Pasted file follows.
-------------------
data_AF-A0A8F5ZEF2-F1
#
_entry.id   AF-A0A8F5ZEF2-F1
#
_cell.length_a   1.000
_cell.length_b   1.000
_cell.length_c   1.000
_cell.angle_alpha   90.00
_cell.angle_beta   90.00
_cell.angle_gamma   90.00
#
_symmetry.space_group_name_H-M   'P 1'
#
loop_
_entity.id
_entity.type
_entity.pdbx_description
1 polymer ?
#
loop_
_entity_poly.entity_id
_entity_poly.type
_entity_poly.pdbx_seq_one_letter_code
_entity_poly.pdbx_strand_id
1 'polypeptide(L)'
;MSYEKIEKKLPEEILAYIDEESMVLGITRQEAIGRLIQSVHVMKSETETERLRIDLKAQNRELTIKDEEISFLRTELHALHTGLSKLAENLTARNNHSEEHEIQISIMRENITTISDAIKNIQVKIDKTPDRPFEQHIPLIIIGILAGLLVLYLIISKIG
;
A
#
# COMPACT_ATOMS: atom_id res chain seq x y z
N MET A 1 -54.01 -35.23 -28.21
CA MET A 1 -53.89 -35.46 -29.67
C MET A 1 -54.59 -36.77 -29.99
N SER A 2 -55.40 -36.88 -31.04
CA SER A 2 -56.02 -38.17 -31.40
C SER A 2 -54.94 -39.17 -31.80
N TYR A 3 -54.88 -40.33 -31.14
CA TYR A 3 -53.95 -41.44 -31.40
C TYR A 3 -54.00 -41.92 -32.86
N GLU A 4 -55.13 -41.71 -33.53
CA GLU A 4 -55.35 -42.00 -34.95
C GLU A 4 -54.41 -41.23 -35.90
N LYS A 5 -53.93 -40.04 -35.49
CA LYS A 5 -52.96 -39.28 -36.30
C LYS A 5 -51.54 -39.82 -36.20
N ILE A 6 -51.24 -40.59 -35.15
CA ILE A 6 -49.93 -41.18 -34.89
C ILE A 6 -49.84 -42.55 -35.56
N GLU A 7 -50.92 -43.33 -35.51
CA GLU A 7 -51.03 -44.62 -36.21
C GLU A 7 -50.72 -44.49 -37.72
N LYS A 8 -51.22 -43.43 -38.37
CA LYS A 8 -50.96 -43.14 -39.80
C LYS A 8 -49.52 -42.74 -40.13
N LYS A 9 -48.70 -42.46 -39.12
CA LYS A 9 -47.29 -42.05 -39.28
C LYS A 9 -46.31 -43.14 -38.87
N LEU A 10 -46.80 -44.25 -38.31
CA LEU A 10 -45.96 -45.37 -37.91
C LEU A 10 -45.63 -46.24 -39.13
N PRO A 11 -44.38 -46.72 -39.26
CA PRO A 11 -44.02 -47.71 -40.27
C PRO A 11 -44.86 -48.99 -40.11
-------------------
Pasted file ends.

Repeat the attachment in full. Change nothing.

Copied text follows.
data_AF-A0A8F5ZEF2-F1
#
_entry.id   AF-A0A8F5ZEF2-F1
#
_cell.length_a   1.000
_cell.length_b   1.000
_cell.length_c   1.000
_cell.angle_alpha   90.00
_cell.angle_beta   90.00
_cell.angle_gamma   90.00
#
_symmetry.space_group_name_H-M   'P 1'
#
loop_
_entity.id
_entity.type
_entity.pdbx_description
1 polymer ?
#
loop_
_entity_poly.entity_id
_entity_poly.type
_entity_poly.pdbx_seq_one_letter_code
_entity_poly.pdbx_strand_id
1 'polypeptide(L)'
;MSYEKIEKKLPEEILAYIDEESMVLGITRQEAIGRLIQSVHVMKSETETERLRIDLKAQNRELTIKDEEISFLRTELHALHTGLSKLAENLTARNNHSEEHEIQISIMRENITTISDAIKNIQVKIDKTPDRPFEQHIPLIIIGILAGLLVLYLIISKIG
;
A
#
# COMPACT_ATOMS: atom_id res chain seq x y z
N MET A 1 -54.01 -35.23 -28.21
CA MET A 1 -53.89 -35.46 -29.67
C MET A 1 -54.59 -36.77 -29.99
N SER A 2 -55.40 -36.88 -31.04
CA SER A 2 -56.02 -38.17 -31.40
C SER A 2 -54.94 -39.17 -31.80
N TYR A 3 -54.88 -40.33 -31.14
CA TYR A 3 -53.95 -41.44 -31.40
C TYR A 3 -54.00 -41.92 -32.86
N GLU A 4 -55.13 -41.71 -33.53
CA GLU A 4 -55.35 -42.00 -34.95
C GLU A 4 -54.41 -41.23 -35.90
N LYS A 5 -53.93 -40.04 -35.49
CA LYS A 5 -52.96 -39.28 -36.30
C LYS A 5 -51.54 -39.82 -36.20
N ILE A 6 -51.24 -40.59 -35.15
CA ILE A 6 -49.93 -41.18 -34.89
C ILE A 6 -49.84 -42.55 -35.56
N GLU A 7 -50.92 -43.33 -35.51
CA GLU A 7 -51.03 -44.62 -36.21
C GLU A 7 -50.72 -44.49 -37.72
N LYS A 8 -51.22 -43.43 -38.37
CA LYS A 8 -50.96 -43.14 -39.80
C LYS A 8 -49.52 -42.74 -40.13
N LYS A 9 -48.70 -42.46 -39.12
CA LYS A 9 -47.29 -42.05 -39.28
C LYS A 9 -46.31 -43.14 -38.87
N LEU A 10 -46.80 -44.25 -38.31
CA LEU A 10 -45.96 -45.37 -37.91
C LEU A 10 -45.63 -46.24 -39.13
N PRO A 11 -44.38 -46.72 -39.26
CA PRO A 11 -44.02 -47.71 -40.27
C PRO A 11 -44.86 -48.99 -40.11